A transducer is acting as a transmitter and a receiver. It keeps on sending pulses which can hit an object placed at 5cm. Echo comes back and hits the transducer while it is continuously sending pulses. That is there is no way to detect echo signals explicitly (as the line is being driven by input signal). How do we detect whether object is present at 5cm? I was thinking of extracting beats/lag from the distorted input signal (my intuition: when the echo hits the transducer, it tries to generate a signal which oppose the input signal) when the object is present and compare it with a case when the object is not present. What's the best technique to use here (any Adaptive Signal Processing)?

  • $\begingroup$ This sounds like measuring the differences in the impedance of the sensor when it is simply driven versus being driven while it receives a signal at its peak frequency and I am not sure if you would be able to observe any differences there. The "load" variation would be very small to observe anything meaningful :/ In Continuous Wave Radar applications, the Transmitter is distinct from the Receiver. $\endgroup$ – A_A Feb 15 '19 at 15:10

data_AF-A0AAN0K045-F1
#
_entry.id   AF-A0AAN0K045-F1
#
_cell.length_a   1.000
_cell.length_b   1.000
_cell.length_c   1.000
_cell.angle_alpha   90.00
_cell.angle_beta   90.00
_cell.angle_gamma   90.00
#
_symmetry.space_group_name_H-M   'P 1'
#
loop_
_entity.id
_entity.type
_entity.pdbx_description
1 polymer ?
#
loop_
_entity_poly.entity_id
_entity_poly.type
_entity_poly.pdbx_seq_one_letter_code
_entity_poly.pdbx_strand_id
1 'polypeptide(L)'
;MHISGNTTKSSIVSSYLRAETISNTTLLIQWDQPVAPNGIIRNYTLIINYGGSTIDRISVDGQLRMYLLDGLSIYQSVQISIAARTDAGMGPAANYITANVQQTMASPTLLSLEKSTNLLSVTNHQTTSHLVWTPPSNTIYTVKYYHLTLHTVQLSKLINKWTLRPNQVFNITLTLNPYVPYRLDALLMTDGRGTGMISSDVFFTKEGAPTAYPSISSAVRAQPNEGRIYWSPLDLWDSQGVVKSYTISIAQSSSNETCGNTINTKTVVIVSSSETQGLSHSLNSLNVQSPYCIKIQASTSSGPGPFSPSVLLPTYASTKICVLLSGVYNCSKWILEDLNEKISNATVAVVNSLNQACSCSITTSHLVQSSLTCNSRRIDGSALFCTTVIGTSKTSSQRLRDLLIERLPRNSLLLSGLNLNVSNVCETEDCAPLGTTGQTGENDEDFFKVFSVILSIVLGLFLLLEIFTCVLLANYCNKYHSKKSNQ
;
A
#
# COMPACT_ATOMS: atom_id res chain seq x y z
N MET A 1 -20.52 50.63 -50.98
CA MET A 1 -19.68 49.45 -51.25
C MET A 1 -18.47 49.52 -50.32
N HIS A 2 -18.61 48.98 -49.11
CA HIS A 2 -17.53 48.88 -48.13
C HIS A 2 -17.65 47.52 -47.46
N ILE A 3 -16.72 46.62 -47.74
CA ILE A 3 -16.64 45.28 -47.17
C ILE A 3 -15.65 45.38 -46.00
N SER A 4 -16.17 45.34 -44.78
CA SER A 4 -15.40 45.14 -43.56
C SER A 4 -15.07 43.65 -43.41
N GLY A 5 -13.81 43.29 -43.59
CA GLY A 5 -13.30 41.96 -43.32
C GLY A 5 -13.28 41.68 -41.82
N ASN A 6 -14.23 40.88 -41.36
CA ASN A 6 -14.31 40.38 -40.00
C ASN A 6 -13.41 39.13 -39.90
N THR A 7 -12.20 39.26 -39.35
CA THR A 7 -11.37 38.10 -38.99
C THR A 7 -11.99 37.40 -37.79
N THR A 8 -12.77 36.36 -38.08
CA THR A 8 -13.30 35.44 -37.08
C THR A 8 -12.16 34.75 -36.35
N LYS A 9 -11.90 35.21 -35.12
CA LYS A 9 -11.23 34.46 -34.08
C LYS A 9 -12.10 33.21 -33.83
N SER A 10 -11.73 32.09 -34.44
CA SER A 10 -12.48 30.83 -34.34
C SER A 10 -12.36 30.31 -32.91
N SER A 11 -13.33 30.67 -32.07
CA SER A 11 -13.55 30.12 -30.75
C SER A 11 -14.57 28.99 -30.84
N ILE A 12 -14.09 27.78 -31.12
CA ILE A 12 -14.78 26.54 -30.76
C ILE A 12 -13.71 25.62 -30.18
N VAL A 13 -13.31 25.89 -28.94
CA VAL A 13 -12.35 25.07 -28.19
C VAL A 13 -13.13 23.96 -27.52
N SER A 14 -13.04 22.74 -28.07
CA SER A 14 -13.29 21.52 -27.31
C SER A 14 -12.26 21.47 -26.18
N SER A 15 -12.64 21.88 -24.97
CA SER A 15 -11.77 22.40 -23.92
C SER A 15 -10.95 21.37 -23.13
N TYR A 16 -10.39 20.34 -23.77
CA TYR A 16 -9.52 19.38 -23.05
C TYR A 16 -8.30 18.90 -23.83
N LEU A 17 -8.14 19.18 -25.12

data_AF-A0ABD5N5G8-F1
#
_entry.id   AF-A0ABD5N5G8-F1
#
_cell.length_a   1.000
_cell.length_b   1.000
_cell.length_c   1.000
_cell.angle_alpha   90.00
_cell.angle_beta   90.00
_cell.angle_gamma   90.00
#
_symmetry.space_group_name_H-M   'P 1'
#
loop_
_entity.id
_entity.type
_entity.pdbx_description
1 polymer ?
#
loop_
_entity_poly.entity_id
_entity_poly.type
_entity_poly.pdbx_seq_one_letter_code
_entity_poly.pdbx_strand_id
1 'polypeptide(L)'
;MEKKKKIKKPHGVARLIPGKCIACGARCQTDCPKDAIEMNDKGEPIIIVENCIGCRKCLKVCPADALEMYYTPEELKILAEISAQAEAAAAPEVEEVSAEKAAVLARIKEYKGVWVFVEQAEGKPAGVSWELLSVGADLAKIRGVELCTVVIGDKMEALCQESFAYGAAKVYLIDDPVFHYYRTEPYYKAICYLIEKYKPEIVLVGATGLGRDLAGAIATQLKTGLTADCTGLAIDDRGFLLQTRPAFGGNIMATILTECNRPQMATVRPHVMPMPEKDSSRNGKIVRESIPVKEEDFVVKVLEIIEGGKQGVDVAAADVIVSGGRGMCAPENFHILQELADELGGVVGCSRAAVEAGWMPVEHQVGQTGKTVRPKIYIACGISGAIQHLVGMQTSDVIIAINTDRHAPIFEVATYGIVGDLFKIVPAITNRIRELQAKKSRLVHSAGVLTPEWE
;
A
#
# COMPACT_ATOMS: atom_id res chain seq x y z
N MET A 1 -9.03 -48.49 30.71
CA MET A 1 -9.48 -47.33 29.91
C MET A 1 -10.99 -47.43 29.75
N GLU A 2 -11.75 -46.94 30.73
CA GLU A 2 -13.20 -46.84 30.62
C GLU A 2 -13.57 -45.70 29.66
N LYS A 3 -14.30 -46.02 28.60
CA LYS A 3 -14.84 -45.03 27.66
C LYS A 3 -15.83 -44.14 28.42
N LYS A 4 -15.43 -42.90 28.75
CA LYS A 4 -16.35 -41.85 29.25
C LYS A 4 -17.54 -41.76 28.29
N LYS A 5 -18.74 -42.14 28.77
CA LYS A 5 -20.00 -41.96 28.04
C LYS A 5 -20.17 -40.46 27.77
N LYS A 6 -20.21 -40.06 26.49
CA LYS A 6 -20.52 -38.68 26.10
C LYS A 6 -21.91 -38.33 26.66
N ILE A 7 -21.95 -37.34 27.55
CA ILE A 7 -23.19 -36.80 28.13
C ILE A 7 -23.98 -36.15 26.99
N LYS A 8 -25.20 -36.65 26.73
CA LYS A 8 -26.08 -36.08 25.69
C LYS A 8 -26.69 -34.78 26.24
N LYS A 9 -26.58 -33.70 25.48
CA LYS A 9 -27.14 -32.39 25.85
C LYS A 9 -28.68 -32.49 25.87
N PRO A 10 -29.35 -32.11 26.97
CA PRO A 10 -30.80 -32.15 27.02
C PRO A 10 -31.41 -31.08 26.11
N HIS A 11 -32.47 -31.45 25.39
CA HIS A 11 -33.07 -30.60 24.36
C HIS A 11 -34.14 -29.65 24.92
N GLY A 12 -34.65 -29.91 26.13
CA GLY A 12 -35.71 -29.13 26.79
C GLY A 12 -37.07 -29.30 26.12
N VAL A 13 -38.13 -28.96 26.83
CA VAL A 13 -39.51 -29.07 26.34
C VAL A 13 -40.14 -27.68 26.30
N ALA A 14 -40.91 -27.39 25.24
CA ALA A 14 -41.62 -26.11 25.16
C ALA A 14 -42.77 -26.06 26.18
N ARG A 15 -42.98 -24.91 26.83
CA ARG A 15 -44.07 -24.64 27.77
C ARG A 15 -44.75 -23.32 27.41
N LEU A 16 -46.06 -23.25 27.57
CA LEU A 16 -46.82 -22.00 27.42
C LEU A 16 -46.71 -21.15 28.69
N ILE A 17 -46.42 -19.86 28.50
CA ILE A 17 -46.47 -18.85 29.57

• $\begingroup$ I would either: (1) transmit, then listen, and repeat; or (2) use two transducers, one to transmit and one to receive. $\endgroup$ – MBaz Feb 15 '19 at 15:14
  • $\begingroup$ there are some papers on “full duplex” acoustic systems. there was a DARPA program for radio. I’ve never looked closely at it. people seem to be working on the problem but I have no idea if there is tangible progress $\endgroup$ – user28715 Feb 15 '19 at 20:14

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